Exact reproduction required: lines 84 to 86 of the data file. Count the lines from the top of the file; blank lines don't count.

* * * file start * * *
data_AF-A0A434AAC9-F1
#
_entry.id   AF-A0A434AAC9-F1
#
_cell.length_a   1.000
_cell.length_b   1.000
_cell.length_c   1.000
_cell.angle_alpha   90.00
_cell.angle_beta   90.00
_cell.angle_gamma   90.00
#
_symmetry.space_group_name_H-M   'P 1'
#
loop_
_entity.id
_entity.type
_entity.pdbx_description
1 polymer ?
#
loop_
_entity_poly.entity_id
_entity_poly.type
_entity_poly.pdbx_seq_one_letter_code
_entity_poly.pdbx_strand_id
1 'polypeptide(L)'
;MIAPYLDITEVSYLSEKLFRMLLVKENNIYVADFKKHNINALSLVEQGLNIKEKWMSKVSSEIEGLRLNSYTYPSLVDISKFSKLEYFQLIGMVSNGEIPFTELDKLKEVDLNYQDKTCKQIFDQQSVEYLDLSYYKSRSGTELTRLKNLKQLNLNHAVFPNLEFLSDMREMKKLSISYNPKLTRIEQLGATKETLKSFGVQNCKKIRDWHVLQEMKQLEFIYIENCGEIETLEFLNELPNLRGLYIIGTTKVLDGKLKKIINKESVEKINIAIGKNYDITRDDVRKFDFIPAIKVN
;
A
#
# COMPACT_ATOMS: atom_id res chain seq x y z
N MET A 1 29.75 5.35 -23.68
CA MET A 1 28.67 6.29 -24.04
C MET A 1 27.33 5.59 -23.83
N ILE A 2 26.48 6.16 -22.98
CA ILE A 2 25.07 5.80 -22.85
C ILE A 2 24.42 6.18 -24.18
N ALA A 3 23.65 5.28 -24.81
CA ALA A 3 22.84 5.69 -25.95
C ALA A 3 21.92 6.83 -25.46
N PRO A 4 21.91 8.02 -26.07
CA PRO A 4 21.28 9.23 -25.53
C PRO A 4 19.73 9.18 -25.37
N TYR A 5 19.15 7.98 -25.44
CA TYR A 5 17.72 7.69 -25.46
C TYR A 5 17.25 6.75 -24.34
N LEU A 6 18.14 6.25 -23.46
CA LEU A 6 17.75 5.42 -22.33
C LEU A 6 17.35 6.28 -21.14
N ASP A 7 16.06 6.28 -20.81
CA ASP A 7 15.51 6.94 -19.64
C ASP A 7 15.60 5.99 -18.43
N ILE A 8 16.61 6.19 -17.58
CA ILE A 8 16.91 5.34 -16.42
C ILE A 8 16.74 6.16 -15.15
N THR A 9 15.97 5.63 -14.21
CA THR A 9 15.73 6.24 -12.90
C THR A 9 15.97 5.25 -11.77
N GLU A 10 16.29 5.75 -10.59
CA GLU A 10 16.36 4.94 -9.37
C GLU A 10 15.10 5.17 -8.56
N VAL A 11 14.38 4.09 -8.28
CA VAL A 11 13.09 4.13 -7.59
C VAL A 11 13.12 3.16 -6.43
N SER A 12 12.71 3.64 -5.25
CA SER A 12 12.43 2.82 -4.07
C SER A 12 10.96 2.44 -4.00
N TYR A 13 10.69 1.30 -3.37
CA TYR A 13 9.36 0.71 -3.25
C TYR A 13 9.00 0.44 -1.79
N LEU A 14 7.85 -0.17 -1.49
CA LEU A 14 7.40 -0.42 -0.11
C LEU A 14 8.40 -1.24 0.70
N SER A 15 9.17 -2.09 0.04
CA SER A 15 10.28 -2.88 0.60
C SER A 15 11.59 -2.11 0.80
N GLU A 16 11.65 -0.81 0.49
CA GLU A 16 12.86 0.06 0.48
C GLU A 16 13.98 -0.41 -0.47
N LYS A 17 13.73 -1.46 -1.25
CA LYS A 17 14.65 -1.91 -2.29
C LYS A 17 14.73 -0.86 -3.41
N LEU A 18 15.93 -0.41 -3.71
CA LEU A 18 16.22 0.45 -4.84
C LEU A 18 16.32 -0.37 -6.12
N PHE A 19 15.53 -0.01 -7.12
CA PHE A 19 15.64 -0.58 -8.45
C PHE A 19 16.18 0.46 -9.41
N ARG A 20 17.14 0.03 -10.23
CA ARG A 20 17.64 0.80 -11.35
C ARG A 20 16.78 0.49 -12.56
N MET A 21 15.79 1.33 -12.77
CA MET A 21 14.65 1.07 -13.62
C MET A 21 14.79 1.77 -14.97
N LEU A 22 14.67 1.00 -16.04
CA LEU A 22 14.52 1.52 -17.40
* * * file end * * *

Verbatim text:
C LEU A 18 16.32 -0.37 -6.12
N PHE A 19 15.53 -0.01 -7.12
CA PHE A 19 15.64 -0.58 -8.45